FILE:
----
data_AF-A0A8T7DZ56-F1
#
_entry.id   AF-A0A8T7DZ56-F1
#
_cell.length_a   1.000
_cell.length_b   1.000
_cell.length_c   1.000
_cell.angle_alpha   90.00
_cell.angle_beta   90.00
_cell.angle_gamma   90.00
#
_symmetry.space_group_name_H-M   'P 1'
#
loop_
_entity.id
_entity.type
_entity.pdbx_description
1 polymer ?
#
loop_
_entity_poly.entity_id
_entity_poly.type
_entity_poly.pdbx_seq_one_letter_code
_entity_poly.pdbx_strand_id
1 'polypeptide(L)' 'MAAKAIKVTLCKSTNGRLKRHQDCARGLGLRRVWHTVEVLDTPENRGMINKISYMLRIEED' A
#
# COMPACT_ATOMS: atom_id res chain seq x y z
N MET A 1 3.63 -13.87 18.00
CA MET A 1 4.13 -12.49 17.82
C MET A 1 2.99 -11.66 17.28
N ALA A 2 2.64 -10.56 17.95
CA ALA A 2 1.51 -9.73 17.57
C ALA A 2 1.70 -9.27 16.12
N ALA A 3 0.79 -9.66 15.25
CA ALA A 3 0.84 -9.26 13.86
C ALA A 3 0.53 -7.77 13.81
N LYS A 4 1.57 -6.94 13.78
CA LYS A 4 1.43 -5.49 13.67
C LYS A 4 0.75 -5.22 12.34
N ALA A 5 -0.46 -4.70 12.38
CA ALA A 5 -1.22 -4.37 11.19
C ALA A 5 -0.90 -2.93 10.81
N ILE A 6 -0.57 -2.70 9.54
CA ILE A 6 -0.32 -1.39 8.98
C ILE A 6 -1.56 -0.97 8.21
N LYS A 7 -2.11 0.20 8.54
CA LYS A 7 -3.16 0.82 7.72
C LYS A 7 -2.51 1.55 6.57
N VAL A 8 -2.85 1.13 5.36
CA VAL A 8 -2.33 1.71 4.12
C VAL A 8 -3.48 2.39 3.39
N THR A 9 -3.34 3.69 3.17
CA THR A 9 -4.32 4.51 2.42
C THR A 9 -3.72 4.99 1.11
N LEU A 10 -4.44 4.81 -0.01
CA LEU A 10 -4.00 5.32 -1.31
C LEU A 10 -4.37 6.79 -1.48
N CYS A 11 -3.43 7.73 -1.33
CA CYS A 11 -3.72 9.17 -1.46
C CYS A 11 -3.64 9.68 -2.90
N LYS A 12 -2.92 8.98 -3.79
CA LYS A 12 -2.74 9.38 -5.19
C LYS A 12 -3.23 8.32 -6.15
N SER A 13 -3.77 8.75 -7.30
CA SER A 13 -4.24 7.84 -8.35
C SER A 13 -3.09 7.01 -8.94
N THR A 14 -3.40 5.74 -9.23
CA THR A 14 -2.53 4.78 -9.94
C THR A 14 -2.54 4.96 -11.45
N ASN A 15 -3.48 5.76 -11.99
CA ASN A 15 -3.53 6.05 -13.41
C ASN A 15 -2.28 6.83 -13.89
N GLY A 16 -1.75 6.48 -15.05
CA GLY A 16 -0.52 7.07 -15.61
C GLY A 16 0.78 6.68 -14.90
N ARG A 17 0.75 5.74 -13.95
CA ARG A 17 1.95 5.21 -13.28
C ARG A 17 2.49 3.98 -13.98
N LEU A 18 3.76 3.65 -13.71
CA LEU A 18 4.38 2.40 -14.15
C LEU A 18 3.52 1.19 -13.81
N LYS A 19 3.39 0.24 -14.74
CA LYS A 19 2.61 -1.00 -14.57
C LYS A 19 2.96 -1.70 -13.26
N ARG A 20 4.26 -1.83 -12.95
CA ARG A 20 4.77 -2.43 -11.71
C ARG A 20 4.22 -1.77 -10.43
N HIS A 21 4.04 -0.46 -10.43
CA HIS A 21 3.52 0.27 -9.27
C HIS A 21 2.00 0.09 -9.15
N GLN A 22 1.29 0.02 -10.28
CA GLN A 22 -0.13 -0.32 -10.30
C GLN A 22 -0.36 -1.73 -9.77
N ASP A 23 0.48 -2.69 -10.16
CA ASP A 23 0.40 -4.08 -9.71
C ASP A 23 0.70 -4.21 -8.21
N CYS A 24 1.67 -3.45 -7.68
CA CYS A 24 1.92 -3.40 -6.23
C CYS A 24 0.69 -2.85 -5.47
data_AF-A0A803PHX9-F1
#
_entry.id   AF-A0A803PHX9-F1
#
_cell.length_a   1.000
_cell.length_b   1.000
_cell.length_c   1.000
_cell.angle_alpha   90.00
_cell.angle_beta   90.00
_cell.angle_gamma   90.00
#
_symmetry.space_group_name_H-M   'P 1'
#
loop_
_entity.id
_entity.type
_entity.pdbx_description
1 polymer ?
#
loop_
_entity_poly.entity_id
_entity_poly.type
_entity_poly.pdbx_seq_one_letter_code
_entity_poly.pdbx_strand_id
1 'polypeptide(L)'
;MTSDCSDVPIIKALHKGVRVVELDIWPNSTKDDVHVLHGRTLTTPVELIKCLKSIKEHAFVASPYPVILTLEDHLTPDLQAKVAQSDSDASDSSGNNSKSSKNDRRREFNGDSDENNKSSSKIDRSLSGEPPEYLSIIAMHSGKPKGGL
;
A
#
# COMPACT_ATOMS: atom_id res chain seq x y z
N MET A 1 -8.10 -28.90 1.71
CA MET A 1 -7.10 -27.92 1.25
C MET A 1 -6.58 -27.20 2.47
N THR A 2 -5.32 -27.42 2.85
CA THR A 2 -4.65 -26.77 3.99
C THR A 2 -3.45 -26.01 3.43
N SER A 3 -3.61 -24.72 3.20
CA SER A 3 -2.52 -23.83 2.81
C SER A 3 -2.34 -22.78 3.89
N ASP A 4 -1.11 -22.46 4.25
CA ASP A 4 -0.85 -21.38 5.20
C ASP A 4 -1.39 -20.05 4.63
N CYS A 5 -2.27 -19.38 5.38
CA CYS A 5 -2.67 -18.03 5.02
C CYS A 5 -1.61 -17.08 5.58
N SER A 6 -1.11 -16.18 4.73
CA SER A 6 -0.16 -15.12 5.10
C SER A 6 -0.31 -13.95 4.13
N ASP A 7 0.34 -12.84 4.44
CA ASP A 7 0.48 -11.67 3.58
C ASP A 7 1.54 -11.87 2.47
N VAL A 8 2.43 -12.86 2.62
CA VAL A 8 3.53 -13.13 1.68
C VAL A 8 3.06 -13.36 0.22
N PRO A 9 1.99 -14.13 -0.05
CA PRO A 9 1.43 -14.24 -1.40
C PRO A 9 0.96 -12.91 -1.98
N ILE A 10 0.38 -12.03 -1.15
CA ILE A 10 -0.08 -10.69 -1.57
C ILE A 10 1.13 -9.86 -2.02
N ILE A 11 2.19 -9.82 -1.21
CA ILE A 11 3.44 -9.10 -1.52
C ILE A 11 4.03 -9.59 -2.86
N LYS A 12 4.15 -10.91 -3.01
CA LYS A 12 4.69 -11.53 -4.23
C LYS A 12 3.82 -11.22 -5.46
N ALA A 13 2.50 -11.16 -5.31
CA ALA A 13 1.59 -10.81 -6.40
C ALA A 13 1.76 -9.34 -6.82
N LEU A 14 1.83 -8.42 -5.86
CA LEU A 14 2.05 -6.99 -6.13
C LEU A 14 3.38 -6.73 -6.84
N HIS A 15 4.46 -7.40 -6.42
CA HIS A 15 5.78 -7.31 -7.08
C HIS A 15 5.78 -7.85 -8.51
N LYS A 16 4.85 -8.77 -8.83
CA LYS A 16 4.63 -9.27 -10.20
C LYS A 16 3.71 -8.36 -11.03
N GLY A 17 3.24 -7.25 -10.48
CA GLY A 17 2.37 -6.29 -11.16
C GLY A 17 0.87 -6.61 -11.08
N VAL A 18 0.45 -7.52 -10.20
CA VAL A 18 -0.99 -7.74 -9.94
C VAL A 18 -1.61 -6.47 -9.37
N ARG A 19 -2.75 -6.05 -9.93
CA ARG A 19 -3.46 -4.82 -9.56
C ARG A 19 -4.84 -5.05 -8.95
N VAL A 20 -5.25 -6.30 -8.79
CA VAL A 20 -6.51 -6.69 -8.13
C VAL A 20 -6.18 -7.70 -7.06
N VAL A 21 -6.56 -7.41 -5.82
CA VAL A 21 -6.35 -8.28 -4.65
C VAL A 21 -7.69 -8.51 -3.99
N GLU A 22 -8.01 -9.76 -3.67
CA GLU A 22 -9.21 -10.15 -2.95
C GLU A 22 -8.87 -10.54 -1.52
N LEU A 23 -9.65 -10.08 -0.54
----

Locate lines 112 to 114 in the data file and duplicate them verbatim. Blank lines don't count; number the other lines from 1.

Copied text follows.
#
loop_
_entity.id